The United States in the 21st Century

By Trachtenberg, Stephen Joel | The World and I, November 2001 | Go to article overview

The United States in the 21st Century


Trachtenberg, Stephen Joel, The World and I


Stephen Joel Trachtenberg is president and professor of public administration at George Washington University.

As it enters the third millennium, the United States--while on its way to becoming a nation of 300 million people--has grown used to hearing itself described as the world's only remaining superpower. The role that such status brings with it--the role of being the world's policeman--is one with which the citizens of the United States are presently wrestling. Americans are deeply divided as to whether a role requiring global interventions of every imaginable kind is one that even a country as powerful as the United States can play.

Inner division of this kind becomes apparent each time there is a world emergency of some kind--especially when the emergency involves refugees or violations of human rights in a distant and preferably "primitive" setting. Only hours are needed, it seems, before those demanding immediate intervention by the American armed forces confront fellow Americans with the opposite point of view: those who are convinced that interventionism is a symptom of moral and national decline.

Emergencies of this kind summon up, in a powerful way, several different strands of the American national character and history:

* The desire to serve the world as a force of enlightenment and righteousness. The cynicism induced by the wars of the twentieth century--World Wars I and II, the Cold War, the Korean War, the Vietnam War, the Gulf War--has veiled but not eliminated the emotional conviction that America has been destined by God Himself to serve as a global savior. Such feelings have flowed into historical phenomena as varied as abolitionism (the ideological war against slavery), prohibition (the war against alcohol), as well as all the "reform" efforts that have created modern trade unionism, citizens' groups crusading on behalf of our natural environment, and all kinds of groups seeking to further humanitarian and peacemaking causes in a host of foreign countries.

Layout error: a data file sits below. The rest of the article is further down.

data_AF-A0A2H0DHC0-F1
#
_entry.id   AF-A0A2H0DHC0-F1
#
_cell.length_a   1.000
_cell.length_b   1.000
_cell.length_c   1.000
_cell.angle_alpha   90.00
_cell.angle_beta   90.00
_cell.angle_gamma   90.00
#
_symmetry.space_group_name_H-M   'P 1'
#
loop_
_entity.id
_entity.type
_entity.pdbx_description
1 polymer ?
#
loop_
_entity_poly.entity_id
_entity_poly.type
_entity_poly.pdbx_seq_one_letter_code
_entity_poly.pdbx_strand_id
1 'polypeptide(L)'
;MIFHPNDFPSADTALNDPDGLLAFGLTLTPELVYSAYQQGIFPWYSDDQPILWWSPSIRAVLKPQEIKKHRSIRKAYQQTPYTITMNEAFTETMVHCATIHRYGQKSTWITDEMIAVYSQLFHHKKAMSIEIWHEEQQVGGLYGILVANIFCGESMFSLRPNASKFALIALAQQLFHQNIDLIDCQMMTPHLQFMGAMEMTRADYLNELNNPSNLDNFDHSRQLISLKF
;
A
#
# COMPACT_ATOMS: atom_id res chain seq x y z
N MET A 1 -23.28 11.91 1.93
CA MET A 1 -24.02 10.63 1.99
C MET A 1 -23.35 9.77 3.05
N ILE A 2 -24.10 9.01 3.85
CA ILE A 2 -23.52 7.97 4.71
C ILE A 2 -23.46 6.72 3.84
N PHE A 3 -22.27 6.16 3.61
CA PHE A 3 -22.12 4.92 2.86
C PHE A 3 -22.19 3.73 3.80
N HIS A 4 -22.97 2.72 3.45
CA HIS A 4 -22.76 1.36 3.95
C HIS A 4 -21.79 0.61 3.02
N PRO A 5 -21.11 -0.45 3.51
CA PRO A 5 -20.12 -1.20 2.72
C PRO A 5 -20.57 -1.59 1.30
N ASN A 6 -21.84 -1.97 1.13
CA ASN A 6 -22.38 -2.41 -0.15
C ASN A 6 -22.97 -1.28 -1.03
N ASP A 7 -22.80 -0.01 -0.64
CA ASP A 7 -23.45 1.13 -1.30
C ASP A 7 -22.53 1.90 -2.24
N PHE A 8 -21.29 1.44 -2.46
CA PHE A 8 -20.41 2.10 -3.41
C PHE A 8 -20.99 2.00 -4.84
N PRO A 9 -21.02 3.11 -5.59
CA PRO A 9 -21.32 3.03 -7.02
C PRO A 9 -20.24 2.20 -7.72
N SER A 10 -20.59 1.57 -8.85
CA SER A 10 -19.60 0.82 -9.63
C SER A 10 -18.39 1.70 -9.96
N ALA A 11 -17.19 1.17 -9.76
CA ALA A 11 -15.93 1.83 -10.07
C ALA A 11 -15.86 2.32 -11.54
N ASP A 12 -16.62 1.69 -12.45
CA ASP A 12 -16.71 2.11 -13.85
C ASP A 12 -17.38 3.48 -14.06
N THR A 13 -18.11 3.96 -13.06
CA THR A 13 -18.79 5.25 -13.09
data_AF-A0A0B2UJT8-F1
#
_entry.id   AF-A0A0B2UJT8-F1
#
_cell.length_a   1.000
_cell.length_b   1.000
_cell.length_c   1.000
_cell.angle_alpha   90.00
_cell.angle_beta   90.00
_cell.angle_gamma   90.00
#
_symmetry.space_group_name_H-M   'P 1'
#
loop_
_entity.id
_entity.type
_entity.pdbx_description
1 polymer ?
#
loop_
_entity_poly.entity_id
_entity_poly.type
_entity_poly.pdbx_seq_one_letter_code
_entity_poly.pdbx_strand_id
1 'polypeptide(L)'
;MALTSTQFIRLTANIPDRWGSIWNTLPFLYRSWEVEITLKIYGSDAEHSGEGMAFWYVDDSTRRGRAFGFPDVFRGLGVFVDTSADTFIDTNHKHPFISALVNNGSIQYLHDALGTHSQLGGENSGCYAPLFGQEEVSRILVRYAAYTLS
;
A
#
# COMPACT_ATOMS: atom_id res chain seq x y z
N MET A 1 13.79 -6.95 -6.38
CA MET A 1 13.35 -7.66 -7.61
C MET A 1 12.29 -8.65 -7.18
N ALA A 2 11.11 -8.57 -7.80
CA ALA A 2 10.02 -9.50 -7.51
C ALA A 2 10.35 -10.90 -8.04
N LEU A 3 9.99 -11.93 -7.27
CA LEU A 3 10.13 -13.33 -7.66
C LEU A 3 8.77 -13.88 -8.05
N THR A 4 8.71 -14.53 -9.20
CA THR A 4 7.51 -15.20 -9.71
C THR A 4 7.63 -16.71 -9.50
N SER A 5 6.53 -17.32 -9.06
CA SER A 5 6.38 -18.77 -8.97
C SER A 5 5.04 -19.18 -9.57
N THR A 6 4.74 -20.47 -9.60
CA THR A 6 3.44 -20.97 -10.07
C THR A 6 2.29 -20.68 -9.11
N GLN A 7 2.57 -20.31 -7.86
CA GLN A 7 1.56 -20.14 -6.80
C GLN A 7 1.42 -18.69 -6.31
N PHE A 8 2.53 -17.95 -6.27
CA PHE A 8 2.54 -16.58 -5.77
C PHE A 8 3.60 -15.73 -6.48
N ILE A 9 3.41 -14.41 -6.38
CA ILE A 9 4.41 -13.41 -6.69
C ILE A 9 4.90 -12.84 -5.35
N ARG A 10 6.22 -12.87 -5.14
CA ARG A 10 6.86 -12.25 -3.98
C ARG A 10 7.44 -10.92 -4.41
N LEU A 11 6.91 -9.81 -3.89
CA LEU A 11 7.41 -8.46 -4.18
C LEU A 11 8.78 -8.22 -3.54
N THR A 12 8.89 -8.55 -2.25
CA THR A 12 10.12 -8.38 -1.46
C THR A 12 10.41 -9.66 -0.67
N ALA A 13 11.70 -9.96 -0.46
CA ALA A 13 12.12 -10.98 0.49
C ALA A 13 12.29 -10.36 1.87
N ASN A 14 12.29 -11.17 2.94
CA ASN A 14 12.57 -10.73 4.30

* The conviction that the American sense of human rights, as incorporated in the first ten amendments to the U.S. Constitution, is destined for acceptance by the entire human species. One has to return to ancient Rome or to Baroque Spain and France to discover such gut feelings of a God-given destiny. Americans have always been averse to thundering displays of military power such as were commonplace in Hitler's Germany or Stalin's Soviet Union. This does not lead them, however, to feel other than righteous indignation when a foreign regime displays obnoxious and aggressive military tendencies. When misbehavior becomes a habit in some foreign setting, Americans move reflexively into the position that "there must be something we can do." It may be enough for the American delegate to protest at the United Nations. Or sentiment may reach a higher pitch and nudge the American president toward actual, physical war.

* The sense of utopian perfectibility. Americans often marvel at the fact that there are people in other nations who don't see themselves as on a "march to perfection." Meanwhile, many foreigners find the United States an exhausting place to live because every American--every businessperson, every government employee, every academician, and so forth--seems dedicated to doing his job even better. The notion that life is a quest for perfection can be traced back to some of the Protestant sects of the seventeenth and eighteenth centuries, who, in their own time, were called "Enthusiastics." For an American, to be glowing with a divine radiance while one is "advertising" one's product is just "the obvious way to be."

As Alexis de Tocqueville noted long ago, Americans never tire of forming voluntary citizens' associations aiming to make ours a better world. The spirit of this effort, as of so much American life, is religious and evangelistic. No nation in history has ever spent as much time, effort, and money to toot its own horn as has the nation called the United States. …

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